By Jay Colbert, GIS Project Manager, The Polis Center
2011 vitals and juvenile justice data are now available in SAVI! Vitals data include birth and death records, and juvenile justice data include arrests as opposed to reported crimes.
Here are just a few of the categories of vitals and juvenile justice data. Within each category of data, SAVI provides a number of more specific indicators. For example, the category “Prenatal Care” includes seven indicators such as “Births where prenatal care began in the first trimester,” and “Births where there was no prenatal care.”
I’ve selected five of the most interesting trends to share with you. Let me know what you think.
1.Perry Township has seen a sharp increase in births to Asian mothers – much more so than the number of Asian births in neighboring townships.
WHY? This is primarily driven by a large Burmese refugee population that has settled in Perry Township.
2. Deaths by accident in Warren Township increased by 45%, continuing to be a rising trend for about a decade.
The statistics alone don’t explain why this trend continues to rise. What are your thoughts?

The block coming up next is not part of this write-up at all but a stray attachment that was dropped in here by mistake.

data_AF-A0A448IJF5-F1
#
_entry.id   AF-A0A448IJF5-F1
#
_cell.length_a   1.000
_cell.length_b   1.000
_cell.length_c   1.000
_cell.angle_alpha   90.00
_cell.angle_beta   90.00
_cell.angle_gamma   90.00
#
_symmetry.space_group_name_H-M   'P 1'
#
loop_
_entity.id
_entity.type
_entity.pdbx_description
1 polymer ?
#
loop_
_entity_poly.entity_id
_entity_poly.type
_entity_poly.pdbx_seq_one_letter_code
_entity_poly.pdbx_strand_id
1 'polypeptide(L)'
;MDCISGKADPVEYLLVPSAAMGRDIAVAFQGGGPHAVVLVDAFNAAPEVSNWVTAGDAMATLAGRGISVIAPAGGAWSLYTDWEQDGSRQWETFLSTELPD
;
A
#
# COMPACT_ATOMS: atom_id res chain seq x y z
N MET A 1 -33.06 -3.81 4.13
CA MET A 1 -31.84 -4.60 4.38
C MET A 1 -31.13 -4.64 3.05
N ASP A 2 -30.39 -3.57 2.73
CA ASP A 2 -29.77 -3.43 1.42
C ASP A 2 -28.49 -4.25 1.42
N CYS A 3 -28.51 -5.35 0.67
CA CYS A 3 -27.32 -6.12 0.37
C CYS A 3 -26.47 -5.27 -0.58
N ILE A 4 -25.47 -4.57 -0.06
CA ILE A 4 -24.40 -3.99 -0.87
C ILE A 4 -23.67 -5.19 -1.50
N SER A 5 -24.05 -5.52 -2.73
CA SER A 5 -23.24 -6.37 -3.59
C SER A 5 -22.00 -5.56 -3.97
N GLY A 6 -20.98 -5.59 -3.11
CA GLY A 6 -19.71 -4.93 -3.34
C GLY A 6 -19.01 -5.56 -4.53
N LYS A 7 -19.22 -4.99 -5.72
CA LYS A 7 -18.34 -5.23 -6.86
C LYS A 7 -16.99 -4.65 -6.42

3. In late 2012, Indiana Black Expo released its State of Our Black Youth report, available in our Reports section, which revealed a number of disproportionate trends among African American youth and youth of other races. The new juvenile justice data showed consistency in this trend. The following chart illustrates the number of juvenile arrests by race compared to the total juvenile population by race.
Interpretation: African American youth are over-represented in juvenile arrest data. African Americans make up two-thirds of juvenile arrests but only one-third of the total youth population.
4. One of the most significant and troubling trends is an increase in gun crimes charges among juveniles. The following chart shows the trend in Marion County since 2008.
Significance: In the past couple of years, Marion County has seen close to (or exceeding) 200 gun charges per year.
5. Here’s one about births to unmarried parents. It was up and up and up but has moved back
down recently. The total number of births and the number of births to unmarried parents are also on the way down.
A number of these juvenile justice and vitals data trends are consistent with national trends. For example, teenage birth rates have been decreasing over the past 10 years. In Indiana, the teenage birth rate decreased from 42.9 in 2007 to 37.3 births per 1,000 females 15-19 in 2010, a decrease of 13%.
Do you know how these trends compare in your neighborhood?